Vivian and Merlin

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Vivian and Merlin

from: Poems by Ralph de Tunstall Sneyd (Pp. 74 - 77)  1929

(Reproduced here by permission of John Sneyd)
Old Merlin, skilled in Bardic lore,
    Well versed in many a mystic rite;
Who, into past and future, saw;
    And, to whose inner sight,
Was pictured many a secret thing!
    Sat in the forest near a spring.
His beard and locks were white with years;
    But sight and hearing true and keen;
And simple habits loved by seers,
    Gave zest for life, I ween:
And so, on Vivian, he did gaze,
    When she would come the Bard to praise!

And Merlin loved the winsome Vivian there;
    Dark were her eyes and lustrous was her hair,
With ruddy tinge; her face and limbs were fair,
    And beautiful beyond compare;
But she full many lovers had, I ween,
    Changing them like to garments, every one,
For proud and wanton, Vivian had been,
    With soul that dwelt alone!
With clinging robe of samite, leafy green,
    And bangles serpent-shaped of beaten gold,
And golden fillet, shone the fairy queen,
    With necklet rich and old,
Studded with rubies fair and sapphires bright,
    And far, around her, waved her lustrous hair;
Her cheeks were soft, suffused with rosy light,
    She seemed a goddess there!

Full oft has dazzling youth been loved by age,
    And age been ill-requited for that love;
For youth cares little for the lonely sage,
    Its thoughts, through pleasures, move!
Seldom is youth a lover, then, of age,
    Except with love, in which no passion dwells;
'Tis only when abnormal passions rage,
    As if from seething wells!
But why should age or youth be all debarred
    Dear solace from a girl's sweet lips divine?
To age and youth a lonely fate is hard;
    They fain would drink of love's celestial wine!
I praise not, and I blame not, yet 'tis wise
    To seek for heavenly virtues in the mate!
For, if such heavenly virtues we despise,
    Forlorn will be our fate!

And Merlin, oft, would Vivian's cheek caress;
    Her lustrous tresses he would stroke and smooth;
Saying: "My darling, dearest, ever best,
    Kiss me, my child, my love!"
The girl soft arms would throw around the sage,
    Though jealousy of his high knowledge grew;
Something of love at times, spite of his age,
    The ardent Vivian for old Merlin knew!
"I love you, Merlin, evermore," she said;
    For you are great, and loving, wise and true,
Let Vivian nestle near your noble head;
    None can compare, for evermore, with you;
Oh, give me love, and I will be your slave;
    Will follow you to Hell's dread portals far;
Swim seas of blood, and fiery billows brave;
    Or, scale the farthest star!
Oh, give me love, and I will be your slave!
    For love I live; for love I fain would die,
And sink into a cold and lonely grave,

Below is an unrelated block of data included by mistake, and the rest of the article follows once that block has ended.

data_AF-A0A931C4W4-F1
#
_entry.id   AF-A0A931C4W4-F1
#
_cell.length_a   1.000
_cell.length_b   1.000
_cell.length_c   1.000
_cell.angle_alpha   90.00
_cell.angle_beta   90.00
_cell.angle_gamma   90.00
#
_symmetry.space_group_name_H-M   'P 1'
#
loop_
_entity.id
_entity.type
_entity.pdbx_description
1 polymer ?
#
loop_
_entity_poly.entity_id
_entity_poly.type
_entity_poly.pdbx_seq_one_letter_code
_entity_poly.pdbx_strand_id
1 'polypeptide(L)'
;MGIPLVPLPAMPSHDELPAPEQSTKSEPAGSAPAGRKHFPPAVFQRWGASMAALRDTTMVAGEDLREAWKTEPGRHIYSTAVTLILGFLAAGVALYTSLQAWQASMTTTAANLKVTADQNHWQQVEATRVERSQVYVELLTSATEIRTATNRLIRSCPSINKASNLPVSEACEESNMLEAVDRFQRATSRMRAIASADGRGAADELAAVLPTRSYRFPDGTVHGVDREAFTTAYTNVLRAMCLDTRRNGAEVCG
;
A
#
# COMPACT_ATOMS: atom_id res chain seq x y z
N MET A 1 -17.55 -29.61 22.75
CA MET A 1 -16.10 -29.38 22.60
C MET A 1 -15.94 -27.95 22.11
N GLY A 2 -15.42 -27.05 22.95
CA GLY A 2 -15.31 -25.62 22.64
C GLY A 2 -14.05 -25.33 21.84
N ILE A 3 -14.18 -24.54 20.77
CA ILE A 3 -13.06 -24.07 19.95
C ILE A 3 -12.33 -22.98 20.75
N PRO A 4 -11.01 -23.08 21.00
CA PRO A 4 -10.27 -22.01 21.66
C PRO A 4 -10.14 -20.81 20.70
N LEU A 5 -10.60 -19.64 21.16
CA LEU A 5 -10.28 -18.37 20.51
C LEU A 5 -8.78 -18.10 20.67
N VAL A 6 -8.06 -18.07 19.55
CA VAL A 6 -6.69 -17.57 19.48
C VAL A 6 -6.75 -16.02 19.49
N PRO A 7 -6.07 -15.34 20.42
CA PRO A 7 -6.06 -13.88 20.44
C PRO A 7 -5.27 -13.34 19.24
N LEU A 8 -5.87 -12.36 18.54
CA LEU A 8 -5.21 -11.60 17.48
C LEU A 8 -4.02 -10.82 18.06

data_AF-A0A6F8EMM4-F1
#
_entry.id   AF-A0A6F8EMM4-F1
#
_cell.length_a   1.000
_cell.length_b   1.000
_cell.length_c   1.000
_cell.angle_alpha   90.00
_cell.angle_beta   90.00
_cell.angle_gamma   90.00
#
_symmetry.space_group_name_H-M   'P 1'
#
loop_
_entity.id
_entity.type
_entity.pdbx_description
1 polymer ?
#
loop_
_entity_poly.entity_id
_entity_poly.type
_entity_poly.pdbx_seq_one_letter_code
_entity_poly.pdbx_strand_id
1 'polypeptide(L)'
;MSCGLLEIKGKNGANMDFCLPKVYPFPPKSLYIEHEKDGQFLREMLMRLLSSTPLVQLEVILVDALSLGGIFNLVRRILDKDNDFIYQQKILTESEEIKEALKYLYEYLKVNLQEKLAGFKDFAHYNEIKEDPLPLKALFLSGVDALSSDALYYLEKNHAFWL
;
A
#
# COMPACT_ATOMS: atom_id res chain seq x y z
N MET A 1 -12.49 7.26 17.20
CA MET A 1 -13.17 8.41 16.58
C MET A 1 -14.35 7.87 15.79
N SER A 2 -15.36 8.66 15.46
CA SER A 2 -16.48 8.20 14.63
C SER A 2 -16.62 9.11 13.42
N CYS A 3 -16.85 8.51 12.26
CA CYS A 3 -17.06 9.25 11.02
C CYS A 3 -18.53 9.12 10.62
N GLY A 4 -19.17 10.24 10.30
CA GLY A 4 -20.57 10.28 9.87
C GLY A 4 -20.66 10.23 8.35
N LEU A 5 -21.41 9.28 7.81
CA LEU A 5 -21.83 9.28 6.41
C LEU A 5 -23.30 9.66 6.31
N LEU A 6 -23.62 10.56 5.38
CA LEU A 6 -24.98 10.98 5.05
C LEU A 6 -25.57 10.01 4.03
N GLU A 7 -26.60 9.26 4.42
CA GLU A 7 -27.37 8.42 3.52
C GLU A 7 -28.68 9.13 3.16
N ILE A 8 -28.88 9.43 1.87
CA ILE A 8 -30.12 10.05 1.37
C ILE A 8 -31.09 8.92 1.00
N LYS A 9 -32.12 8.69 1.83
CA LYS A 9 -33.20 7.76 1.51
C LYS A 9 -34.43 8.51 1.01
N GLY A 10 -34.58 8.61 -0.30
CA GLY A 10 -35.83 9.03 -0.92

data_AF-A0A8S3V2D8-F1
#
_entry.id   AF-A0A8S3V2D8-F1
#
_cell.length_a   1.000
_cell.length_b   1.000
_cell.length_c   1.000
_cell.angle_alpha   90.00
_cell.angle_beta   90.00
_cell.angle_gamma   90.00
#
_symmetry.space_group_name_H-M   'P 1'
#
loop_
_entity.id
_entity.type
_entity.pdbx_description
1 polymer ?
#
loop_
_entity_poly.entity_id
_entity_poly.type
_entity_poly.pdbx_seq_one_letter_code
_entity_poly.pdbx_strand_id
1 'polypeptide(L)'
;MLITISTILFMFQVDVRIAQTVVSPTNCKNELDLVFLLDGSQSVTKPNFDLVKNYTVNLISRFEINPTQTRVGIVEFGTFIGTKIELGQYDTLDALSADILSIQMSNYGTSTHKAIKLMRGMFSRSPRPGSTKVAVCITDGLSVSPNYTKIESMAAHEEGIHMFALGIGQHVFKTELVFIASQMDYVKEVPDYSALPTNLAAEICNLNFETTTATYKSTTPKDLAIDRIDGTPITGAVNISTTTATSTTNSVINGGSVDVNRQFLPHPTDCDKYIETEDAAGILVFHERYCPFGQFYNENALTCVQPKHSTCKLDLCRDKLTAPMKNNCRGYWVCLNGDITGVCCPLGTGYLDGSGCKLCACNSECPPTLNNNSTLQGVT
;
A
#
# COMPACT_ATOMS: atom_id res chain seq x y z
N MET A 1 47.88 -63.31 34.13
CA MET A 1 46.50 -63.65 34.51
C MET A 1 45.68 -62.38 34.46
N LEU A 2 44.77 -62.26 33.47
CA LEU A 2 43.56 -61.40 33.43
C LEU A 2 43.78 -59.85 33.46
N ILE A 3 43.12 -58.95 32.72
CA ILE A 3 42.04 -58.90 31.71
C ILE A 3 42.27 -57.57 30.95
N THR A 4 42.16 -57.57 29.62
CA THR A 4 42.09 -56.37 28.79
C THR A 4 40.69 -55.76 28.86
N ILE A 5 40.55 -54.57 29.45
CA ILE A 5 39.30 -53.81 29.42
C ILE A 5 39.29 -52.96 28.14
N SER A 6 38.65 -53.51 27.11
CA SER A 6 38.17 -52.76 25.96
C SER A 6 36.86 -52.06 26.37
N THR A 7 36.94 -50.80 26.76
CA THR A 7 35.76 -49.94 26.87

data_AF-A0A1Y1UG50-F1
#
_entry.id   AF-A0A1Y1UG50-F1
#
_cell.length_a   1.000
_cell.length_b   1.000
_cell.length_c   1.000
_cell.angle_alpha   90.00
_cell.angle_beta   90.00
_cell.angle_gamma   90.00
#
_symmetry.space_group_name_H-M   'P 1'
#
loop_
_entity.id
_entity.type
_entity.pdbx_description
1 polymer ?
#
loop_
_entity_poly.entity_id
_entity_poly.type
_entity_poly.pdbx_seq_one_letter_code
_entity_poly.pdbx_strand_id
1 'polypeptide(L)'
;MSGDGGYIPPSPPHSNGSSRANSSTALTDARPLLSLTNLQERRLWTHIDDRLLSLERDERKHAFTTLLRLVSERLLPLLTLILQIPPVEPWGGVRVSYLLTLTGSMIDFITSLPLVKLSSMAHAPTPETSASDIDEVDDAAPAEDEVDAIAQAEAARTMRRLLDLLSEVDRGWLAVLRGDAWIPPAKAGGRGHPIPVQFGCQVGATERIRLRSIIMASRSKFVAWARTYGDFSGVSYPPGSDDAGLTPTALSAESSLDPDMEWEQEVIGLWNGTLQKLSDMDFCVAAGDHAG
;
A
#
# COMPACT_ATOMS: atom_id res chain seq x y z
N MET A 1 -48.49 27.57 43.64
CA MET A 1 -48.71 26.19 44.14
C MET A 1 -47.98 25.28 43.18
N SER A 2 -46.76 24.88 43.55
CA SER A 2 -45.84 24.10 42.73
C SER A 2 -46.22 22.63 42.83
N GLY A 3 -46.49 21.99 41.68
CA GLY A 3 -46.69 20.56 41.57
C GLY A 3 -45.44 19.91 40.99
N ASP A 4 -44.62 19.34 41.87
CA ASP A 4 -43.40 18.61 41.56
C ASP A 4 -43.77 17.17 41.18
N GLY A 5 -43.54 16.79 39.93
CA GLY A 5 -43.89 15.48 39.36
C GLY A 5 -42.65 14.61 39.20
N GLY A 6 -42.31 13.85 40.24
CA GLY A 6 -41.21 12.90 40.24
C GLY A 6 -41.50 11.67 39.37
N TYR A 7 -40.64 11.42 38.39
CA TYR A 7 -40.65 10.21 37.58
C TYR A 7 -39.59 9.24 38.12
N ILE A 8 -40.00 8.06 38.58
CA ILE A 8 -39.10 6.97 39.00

For evermore to lie.

Oh, Merlin, kiss me; press me close, my dear!
    I fain would have thee in my fairy realm,
Renew thy youth; come quickly, never fear;
    For I command thee, come!"
Madly did Merlin kiss the fairy Queen!
    In the dim forest wildly did he love!
Her flesh to his with ecstasy supreme,
    His amorous heart did move!
He kissed again, and lo! the forest dell,
    With branching oaks, before his sight did fade,
A soothing glamour o'er his senses fell,
    His heart's swift course was stayed!

Then Vivian rose, and said: "No longer here,
    Shalt thou my rival be in mystic lore;
With youth renewed, shalt thou be lover dear,
    Upon some fairy shore!"
She wound about his form a subtle web
    Within the forest's deep and lonely glades,
By magic art, the mesh she well did spread;
    He sank beneath the shades!

There came a moaning through the forest wide;
    Beneath the giant oaks the bracken stirred;
And gaunt grey wolves, in search of prey, did glide;
    The twilight faded; rustling sounds were heard;
The lightning flashed, and echoing thunder rolled;
    Far down the valley, bursting torrents roared;
The light did gleam, and darkness did enfold
    The oaks, the rushing stream, and grassy sward,
And thicket deep, and solitary glade,
    And vast expanse of forest grandly spread,
Where crimson fungi grew beneath the shade,
    And acorns hung o'erhead,
The rapid flash, and flash again, were shown;
    With gloomy darkness coming in between,
The wild rain beat; the wild wind howled and moaned;
    Wild raged the swollen stream!

At length, the fearful tempest ceased, and far
    Over the forest, beauty reigned and calm;
And far above there gleamed the morning star,
    As if to shield from harm!
The splendour of the rising sun was seen,
    From many a mountain-top and distant hill;
The sun was still triumphant, earth I wean
    Was loved by heaven still!

No mortal knows where mighty Merlin sleeps;
    Perchance, o'er him, the tuneful songsters wing;
And nature still the ancient secret keeps
    Where thrush and blackbird sing!
Perchance, in some fair isle, his spirit hides;
    Some sea-girt isle, beloved of poets true;
Or, maybe he, with Vivian, abides,
    Loving her still, and loved 'midst waters blue!